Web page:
The economic crisis has spurred a wide range of government innovations, as my colleagues Mark Muro and Sarah Rahman noted in their post earlier this week. But the crisis highlights the need for innovation that goes beyond particular policies to the basic structure of local government.
America’s metropolitan areas can no longer afford the crazy quilt of tiny, fragmented governments that they have inherited from the 19th century. While metro areas are single economic and social units, they are governed by a hodgepodge of cities, counties, towns, villages, school boards, fire districts, library districts, workforce boards, industrial development authorities, water and sewer districts and a host of other special entities.
The result is a fundamental mismatch between the real metro-scaled economy of innovative firms, risk-taking entrepreneurs and talented workers, and the inefficient administrative geography of government. I’ve detailed the range of costs of this mismatch here, but one in particular is worth highlighting.
Metropolitan fragmentation exerts a negative impact on competitiveness and weakens long-term regional performance. Municipalities routinely expend scarce resources on tax incentives to lure firms from nearby jurisdictions, adding not one job or tax dollar to the overall economy in the process. Fragmented regions often fail to recognize their distinctive clusters of strength in the global marketplace and take the actions, large and small, to leverage their competitive advantages. They compete for growth and jobs at a deficit.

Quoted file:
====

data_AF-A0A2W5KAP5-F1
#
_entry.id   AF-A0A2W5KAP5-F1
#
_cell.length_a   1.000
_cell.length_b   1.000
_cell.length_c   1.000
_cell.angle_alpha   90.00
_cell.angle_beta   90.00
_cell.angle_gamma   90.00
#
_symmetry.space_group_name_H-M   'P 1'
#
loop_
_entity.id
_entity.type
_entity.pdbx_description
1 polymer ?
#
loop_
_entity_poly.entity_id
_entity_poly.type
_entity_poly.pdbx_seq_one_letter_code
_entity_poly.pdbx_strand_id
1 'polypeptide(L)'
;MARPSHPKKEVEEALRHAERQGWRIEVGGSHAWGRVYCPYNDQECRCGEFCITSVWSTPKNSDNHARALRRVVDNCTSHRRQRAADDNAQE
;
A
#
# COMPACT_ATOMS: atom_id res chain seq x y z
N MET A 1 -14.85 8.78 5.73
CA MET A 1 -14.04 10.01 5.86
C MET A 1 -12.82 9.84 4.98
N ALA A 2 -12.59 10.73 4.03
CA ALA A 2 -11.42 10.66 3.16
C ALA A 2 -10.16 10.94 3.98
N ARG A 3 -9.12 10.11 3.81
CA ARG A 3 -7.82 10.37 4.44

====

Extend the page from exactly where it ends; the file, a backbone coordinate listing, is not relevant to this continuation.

States need to act, because they can’t afford their metropolitan economic engines to be weak, particularly now, and because states created, or at least allowed, this local government mess in the first place. States should do three things.
First, they need to move to consolidate units of local governments, starting with school districts and economic development authorities.
Second, states should move to delegate traditional state functions to entities that govern at the metropolitan scale. California, for example, allocates 75 percent of its federal transportation funding directly to metropolitan planning organizations, enabling these organizations (usually governed by city and suburban elected leaders) to make transportation investments in the service of metro housing, land use and economic development priorities.
Finally, states should promote a new generation of inter-jurisdictional collaboration to gain efficiencies, such as tax base sharing and shared services arrangements like consolidation of 911 call centers.
Reducing the proliferation of outdated local governments can enhance competitiveness, promote growth, cut waste and shift investments to what really matters.